Cancer toddler set to return home
A GREAT Yarmouth toddler who has been battling with a rare form of cancer for more than five months is expected to return home soon.Kallum Lynch has been at Addenbrooke's Hospital, in Cambridge, since March this year and has undergone a major operation as well as several bouts of chemotherapy.
A GREAT Yarmouth toddler who has been battling with a rare form of cancer for more than five months is expected to return home soon.
Kallum Lynch has been at Addenbrooke's Hospital, in Cambridge, since March this year and has undergone a major operation as well as several bouts of chemotherapy.
His devoted mum Joanne, who has been constantly at his bedside, feared Kallum's return to Yarmouth would mean further stays in hospital because the family home in Northgate Street could not be adapted for him.
However, following weeks of consultation between the hospital and the council, it has decided two-year-old Kallum, can be classed as an emergency and will be able to move into a new home when he leaves hospital in the next few weeks.
The family, including two-month old baby Jack, are now looking forward to moving into a three-bedroom property which will be re-modelled for Kallum who is now permanently disabled.
Joanne, 21, said: “It was extremely frustrating because there were many people working on this at the hospital filling in forms and sending them to the housing department and we were not getting anywhere.
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“It would have been very distressing for me having to carry all the equipment he needs up and down the stairs in our current flat so I am glad somewhere else has been found.”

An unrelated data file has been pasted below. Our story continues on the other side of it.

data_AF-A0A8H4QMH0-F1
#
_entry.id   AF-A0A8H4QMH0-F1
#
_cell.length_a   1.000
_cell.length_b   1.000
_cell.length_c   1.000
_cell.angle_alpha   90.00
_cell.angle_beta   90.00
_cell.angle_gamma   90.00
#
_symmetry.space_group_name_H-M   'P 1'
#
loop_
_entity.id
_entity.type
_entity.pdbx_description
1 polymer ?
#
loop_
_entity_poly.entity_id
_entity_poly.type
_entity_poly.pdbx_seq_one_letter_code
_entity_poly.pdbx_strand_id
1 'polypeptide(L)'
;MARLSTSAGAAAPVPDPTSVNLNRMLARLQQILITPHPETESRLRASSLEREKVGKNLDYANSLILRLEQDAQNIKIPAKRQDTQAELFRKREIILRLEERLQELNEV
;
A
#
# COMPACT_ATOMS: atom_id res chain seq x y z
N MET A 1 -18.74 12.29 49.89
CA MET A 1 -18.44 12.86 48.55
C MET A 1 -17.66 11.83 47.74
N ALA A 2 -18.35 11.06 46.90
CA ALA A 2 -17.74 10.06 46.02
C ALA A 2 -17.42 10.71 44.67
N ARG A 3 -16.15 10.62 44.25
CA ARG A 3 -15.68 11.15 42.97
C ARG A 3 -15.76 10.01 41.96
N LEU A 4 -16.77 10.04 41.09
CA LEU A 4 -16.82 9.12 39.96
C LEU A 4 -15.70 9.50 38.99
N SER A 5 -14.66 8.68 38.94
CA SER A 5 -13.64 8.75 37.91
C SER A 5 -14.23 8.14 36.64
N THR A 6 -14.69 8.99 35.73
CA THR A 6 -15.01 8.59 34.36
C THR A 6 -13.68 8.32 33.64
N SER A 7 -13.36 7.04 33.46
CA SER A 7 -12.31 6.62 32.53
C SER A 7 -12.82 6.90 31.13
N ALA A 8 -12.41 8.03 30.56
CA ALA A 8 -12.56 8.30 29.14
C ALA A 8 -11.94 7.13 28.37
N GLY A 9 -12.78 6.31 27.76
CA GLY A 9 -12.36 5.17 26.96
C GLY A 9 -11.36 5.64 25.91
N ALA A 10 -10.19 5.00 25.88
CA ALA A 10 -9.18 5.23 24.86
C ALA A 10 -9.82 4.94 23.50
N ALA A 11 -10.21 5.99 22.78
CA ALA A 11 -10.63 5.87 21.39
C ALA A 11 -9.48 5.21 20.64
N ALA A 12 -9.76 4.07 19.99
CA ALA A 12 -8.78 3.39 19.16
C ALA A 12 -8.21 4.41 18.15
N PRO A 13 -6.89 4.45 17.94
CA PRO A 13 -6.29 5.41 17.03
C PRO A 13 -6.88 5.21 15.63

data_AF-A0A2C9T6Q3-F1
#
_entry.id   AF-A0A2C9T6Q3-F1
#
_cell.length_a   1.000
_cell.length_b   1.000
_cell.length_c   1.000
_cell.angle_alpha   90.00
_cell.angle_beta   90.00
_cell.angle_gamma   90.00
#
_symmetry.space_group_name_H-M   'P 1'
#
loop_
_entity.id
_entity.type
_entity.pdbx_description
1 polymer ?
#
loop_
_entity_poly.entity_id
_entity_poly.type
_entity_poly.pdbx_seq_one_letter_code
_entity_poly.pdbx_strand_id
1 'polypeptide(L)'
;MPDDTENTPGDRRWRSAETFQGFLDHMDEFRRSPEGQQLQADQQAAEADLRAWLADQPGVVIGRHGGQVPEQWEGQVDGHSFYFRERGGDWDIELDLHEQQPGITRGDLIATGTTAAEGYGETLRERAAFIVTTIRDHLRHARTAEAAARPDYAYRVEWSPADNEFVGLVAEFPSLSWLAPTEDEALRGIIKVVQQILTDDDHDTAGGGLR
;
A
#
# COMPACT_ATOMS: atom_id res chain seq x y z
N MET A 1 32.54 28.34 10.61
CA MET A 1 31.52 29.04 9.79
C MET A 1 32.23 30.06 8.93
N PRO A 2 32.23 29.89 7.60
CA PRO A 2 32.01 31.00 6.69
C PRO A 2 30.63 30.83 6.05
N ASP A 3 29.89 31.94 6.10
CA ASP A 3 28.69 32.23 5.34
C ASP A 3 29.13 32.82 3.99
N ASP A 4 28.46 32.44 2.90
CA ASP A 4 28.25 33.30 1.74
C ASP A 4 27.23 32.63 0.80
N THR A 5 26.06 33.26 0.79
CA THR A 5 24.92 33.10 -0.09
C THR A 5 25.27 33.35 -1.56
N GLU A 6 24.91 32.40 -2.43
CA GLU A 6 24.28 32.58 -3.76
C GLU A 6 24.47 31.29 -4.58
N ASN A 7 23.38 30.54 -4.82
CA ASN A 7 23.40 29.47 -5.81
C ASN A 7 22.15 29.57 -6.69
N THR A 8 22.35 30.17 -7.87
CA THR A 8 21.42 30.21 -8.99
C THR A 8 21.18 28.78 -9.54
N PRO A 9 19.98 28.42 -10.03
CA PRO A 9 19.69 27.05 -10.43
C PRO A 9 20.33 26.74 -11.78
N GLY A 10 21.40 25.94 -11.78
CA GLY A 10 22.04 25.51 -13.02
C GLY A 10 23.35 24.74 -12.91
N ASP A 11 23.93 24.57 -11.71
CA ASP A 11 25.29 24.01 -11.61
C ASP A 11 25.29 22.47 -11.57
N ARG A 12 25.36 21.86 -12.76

Kallum can no longer use his legs and will need special care from nurses who will call daily to help support his mum.
Although the family had been in touch with the council they were told they could not automatically be given somewhere else to live until the hospital could confirm when Kallum would be leaving hospital.
Joanne said the situation was made worse when the borough council lost documents sent by the hospital which carried details of Kallum's illness.
Steven Ford, needs manager at Yarmouth Borough Council, said the family have now been given an emergency card, meaning they were put right to the top of the list and considered very high risk if they are not housed somewhere else.
He said: “We have had confirmation from the hospital about Kallum needing different accommodation and when he will be coming out so the emergency card has been activated.”
Kallam's ordeal began in March this year as he was recovering from a bacterial stomach infection. During his recovery he found it difficult to walk and doctors first thought it was due to an irritable hip. However, further tests revealed that Kallum had a tumour on the spine and chest. Doctors at Addenbrooke's were able to remove the tumour on his spine but the tumour on his chest was inoperable and has instead been treated with several bouts of chemotherapy.
Joanne added: “We are still on tender hooks when he gets out of hospital because the doctors have said the cancer will return one day - that could be in three weeks time or 10 years time. We just want to get him better, it's difficult to think ahead but whenever it happens we will have to deal with it.”
Tragically it is not the first time the family has been hit by cancer - Joanne lost her mum Eve to breast cancer in 1993 and her sister Leanne died of cancer in 1986 at the age of four. Joanne knows she too will succumb to cancer at some stage after tests revealed she too carries the cancer gene.
Joanne has set up a webpage so give hope to families going through a similar experience. Visit www.caringbridge.org and search for Kallum Lynch.